People outside must see me like a monkey in a zoo. I can only imagine how miserable visitors feel to communicate with their families and friends through the barbed wire.
On the Eve of Departing [3/19/1942]
I am getting used to living in this camp. I left a package in the office this morning for Mr. Waki to hand it to my family. Since it was not visiting day, all I could do was wave to him from a distance.
Barrack F is now completely full. I heard a rumor that we would be transferred to New Mexico, so we introduced ourselves after roll call before anything happens. We announced our birthplace, place of residence [before confinement], and full name. Out of the 48 prisoners who share this space, there was one Christian minister and two Buddhist priests. I added a few extra thoughts after introducing myself, stating; “we are 48 people, and as member of the so-called “ABC (Iroha) Camp,” we will soon be dispersed eastward (to New Mexico), but like the Chūshingura (the well-known story of the 47 samurai/ronin), we should keep the Japanese flag embossed on our hearts as we build a Japanese community in this place that the U.S. claims as it own.” After the 48 individuals introduced themselves, it soon was time for lights out. We rushed into our beds, and perhaps because of how we had been able to set things out in the open, I heard someone [relaxed and] snoring.
The Raison-d’etre of Japanese Language Schools [3/20/1942]
There are many different kinds of people among the roughly 300 detainees in this temporary camp in Tujunga. Most of detainees who were arrested are linked with Japanese language schools: teachers, principals, Buddhist priests who were also teachers, school administrators, Christian ministers, and school board members and staff.
These arrests happened because of the Dies Committee’s report that accused the language schools of being anti-American organizations. Thus we see the arrests as well as the confiscation of the schools’ textbooks. Of course, the organizations taught second-generation students not only the language, but also Japanese values. But somehow the Americans do not accept the fact that these schools also teach students to be sincere and faithful to the U.S. The committee admitted that Japanese American soldiers show better performance than non-Japanese American soldiers, but they will not concede that the excellent performance was thanks to the Japanese language school education. During this war between the U.S. and Japan, there is not a single language school administrator who ran their school to somehow benefit Japan. They simply taught that being an American of Japanese ancestry should not mean that they are inferior to white Americans. This should be something Americans find agreeable. Not accepting the virtues of others and unnecessarily showing of one’s own power is the first step in the decline of a country. Japan has been accepting other cultures’ virtues as assets and developing the nation for the last 70 years, whereas the U.S. today is only focusing on itself as a super power. The way the war is going recently is evidence of this contrast.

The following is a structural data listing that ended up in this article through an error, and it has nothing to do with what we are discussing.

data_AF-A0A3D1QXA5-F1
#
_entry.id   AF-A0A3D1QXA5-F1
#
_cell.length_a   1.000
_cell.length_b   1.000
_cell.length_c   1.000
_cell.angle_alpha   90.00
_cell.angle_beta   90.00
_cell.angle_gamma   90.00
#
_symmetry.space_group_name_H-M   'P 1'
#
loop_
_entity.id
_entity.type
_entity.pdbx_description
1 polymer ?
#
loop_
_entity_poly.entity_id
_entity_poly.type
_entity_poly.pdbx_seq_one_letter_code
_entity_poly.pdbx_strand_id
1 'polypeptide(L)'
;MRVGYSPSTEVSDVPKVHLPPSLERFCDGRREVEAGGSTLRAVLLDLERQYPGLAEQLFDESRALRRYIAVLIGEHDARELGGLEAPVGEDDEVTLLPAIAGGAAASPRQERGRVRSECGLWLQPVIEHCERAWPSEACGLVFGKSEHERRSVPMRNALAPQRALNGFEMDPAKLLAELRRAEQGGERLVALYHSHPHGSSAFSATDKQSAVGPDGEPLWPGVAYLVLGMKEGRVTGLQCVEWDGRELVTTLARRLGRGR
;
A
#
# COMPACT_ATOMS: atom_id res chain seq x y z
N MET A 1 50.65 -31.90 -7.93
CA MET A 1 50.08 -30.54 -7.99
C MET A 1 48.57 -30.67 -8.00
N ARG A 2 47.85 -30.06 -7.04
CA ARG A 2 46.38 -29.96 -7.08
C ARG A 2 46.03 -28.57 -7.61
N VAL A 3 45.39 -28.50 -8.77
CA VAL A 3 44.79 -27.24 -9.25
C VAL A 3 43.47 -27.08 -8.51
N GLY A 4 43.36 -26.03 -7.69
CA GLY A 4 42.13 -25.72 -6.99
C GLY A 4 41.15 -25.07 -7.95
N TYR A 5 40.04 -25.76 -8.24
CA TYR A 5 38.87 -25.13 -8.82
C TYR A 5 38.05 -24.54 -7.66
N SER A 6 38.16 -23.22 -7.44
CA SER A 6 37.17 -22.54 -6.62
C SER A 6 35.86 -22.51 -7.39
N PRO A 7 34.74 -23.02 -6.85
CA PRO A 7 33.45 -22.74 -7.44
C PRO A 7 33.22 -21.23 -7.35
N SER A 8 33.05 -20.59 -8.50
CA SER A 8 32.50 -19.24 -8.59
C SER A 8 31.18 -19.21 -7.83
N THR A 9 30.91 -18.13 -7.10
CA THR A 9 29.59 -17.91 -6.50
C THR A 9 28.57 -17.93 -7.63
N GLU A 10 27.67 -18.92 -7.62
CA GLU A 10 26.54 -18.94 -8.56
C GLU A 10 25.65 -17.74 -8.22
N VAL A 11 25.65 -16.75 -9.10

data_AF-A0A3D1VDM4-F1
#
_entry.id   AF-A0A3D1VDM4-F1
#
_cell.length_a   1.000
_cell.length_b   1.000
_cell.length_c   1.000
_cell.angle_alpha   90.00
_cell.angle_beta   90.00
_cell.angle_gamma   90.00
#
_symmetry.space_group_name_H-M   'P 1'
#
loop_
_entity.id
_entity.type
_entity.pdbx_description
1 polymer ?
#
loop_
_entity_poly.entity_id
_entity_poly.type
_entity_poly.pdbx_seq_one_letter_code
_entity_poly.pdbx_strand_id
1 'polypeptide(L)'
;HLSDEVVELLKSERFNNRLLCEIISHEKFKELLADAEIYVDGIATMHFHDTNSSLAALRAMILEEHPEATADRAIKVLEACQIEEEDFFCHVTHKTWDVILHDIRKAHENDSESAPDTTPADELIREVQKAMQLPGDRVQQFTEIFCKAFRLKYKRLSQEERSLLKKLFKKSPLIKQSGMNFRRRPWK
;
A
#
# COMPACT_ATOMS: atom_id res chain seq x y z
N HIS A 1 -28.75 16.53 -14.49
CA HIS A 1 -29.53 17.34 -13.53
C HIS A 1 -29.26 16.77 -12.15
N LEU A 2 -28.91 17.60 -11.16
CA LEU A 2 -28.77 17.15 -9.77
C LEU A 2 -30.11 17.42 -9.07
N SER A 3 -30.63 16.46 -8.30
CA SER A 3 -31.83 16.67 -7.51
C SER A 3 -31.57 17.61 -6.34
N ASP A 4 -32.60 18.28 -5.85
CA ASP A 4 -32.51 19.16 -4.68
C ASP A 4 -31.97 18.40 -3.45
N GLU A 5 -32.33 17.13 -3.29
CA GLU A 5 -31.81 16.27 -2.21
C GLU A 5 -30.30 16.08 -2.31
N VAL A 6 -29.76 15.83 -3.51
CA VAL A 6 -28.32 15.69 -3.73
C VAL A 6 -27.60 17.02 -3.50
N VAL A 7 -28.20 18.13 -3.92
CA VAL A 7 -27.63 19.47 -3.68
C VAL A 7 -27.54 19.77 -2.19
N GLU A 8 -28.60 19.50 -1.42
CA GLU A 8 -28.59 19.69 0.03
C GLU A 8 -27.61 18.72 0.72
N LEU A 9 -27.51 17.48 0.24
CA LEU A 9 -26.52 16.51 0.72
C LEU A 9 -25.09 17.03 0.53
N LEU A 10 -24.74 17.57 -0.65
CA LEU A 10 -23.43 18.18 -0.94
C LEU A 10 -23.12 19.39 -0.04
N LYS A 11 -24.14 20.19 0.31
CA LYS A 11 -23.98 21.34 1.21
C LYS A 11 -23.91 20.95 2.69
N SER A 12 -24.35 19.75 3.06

The U.S. must already have had many resources to dominate this war, but only a few months after the war began, it is already claiming a shortage of armaments.
The U.S. is arresting the leaders of the Japanese community here and herding helpless women and Japanese American citizen children as if they are chasing powerless sheep. How will, within their admirable history, the U.S. in posterity record the reason this war began? I assume Americans will say that the Japanese attacked Pearl Harbor without an official war declaration, and not mention why the U.S. government put its Navy in Hawai’i in the first place.
Mr. Scott [3/21/1942]
Today must be the middle of the spring Ohigan. I write must be because we prisoners do not have any sense of the season or time. It has been a week since we arrived in Tujunga. The snow on the ground has melted, and the leaves on the trees are out, but I don’t feel like enjoying this beautiful scenery given out current circumstances. If one asks, “[the trees are] beautiful, aren’t they?” others simply reply; “Yes they are” emotionlessly.